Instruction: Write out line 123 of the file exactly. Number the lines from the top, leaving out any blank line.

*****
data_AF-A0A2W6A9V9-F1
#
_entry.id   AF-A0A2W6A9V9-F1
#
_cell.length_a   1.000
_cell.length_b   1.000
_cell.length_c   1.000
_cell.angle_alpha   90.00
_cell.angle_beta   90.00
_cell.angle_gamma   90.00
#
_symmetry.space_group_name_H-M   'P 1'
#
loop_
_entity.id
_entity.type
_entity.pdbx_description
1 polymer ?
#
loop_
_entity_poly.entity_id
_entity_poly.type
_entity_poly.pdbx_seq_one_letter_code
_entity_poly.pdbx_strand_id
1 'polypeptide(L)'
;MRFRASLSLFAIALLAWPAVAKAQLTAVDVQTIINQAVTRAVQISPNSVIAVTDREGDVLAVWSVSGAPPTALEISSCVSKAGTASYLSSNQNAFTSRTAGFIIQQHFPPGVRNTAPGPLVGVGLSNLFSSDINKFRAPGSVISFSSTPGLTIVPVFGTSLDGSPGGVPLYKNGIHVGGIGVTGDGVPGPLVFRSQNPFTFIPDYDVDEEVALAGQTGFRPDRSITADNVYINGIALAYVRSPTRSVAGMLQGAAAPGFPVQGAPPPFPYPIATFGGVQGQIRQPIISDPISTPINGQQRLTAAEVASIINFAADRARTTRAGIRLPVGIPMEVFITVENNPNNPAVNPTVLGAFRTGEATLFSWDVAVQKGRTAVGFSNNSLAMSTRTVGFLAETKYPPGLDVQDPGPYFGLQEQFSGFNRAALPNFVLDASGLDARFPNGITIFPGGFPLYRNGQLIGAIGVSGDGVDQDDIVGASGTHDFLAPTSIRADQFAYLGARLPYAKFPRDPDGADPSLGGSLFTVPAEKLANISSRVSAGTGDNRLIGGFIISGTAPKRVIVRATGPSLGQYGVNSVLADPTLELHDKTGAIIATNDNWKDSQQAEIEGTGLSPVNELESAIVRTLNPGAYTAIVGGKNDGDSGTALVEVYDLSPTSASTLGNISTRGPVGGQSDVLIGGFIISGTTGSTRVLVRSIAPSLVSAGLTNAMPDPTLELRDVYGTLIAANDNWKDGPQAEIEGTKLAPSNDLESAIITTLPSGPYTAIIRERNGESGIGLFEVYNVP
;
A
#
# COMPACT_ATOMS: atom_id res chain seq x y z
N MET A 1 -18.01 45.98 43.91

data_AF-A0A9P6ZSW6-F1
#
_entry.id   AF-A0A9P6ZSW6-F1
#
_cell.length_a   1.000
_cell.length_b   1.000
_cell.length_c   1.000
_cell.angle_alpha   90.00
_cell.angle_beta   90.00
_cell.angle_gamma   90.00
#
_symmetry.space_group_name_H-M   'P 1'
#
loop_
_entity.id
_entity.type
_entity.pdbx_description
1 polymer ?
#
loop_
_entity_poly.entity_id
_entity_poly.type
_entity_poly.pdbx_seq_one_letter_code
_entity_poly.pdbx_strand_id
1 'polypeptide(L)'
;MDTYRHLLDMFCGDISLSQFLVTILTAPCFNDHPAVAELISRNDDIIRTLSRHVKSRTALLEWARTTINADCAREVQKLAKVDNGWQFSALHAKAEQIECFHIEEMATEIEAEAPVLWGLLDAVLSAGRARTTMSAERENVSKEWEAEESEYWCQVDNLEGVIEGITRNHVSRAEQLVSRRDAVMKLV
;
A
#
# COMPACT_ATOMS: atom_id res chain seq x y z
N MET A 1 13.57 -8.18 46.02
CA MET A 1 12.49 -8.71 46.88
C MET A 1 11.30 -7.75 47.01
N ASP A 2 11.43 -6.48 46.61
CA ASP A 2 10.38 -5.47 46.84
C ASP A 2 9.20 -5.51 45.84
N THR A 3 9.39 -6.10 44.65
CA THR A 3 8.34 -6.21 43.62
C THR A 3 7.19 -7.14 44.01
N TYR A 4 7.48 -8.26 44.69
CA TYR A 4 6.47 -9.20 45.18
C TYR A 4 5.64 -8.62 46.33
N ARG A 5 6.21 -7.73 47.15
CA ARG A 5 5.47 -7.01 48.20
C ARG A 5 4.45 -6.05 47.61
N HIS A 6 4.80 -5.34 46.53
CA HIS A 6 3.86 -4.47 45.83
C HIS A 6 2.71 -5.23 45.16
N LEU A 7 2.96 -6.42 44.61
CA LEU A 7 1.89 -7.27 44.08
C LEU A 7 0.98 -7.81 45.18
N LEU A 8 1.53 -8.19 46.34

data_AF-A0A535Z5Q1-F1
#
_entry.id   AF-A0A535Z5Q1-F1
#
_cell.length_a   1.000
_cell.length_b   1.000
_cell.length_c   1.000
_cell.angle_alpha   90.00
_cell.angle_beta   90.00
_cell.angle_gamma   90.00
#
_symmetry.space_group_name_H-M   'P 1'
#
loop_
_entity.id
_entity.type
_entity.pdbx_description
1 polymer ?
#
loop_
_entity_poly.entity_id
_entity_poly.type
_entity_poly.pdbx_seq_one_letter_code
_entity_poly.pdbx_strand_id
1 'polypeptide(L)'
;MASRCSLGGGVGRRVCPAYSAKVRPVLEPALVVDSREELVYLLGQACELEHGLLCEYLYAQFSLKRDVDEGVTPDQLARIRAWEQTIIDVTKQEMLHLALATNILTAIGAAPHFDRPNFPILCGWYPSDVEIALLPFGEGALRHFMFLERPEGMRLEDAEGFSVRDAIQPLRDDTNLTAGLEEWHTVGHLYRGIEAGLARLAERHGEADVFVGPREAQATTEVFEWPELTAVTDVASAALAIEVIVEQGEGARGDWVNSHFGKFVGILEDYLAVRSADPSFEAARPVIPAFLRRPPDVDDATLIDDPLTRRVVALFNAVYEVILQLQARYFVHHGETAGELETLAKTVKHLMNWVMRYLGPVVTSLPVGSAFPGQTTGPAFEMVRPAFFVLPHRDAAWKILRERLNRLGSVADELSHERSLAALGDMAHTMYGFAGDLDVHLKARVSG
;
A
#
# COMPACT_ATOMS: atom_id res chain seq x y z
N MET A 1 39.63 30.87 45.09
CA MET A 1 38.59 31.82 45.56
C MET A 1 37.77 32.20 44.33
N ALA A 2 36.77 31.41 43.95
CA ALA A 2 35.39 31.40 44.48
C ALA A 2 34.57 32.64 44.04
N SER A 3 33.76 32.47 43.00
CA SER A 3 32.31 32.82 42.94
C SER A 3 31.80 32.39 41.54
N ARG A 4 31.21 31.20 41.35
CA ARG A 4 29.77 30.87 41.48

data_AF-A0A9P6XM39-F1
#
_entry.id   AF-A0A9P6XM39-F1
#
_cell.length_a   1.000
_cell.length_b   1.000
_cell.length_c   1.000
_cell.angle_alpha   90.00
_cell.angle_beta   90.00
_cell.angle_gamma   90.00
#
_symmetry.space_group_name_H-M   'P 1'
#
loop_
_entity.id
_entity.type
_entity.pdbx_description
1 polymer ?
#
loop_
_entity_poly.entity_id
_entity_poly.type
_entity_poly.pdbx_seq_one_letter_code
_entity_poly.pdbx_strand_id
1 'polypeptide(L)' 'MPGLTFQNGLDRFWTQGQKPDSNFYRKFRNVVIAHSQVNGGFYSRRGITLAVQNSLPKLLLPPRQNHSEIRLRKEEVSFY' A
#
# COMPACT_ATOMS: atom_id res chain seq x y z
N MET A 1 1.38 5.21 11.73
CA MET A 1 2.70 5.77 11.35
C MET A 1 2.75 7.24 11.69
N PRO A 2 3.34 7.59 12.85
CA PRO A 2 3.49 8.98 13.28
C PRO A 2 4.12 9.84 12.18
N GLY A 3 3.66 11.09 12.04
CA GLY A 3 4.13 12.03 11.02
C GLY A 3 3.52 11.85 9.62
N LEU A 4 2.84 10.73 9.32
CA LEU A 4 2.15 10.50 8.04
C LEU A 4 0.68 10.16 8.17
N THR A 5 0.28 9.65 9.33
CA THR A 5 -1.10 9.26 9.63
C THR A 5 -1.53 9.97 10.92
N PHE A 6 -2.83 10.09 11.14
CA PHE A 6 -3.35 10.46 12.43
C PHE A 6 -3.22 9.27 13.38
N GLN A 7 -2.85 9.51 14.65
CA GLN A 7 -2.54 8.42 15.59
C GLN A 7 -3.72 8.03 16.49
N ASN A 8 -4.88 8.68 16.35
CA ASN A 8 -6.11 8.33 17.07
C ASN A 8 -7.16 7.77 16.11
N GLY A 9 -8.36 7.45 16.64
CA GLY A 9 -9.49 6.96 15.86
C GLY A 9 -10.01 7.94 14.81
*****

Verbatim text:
N ARG A 4 31.21 31.20 41.35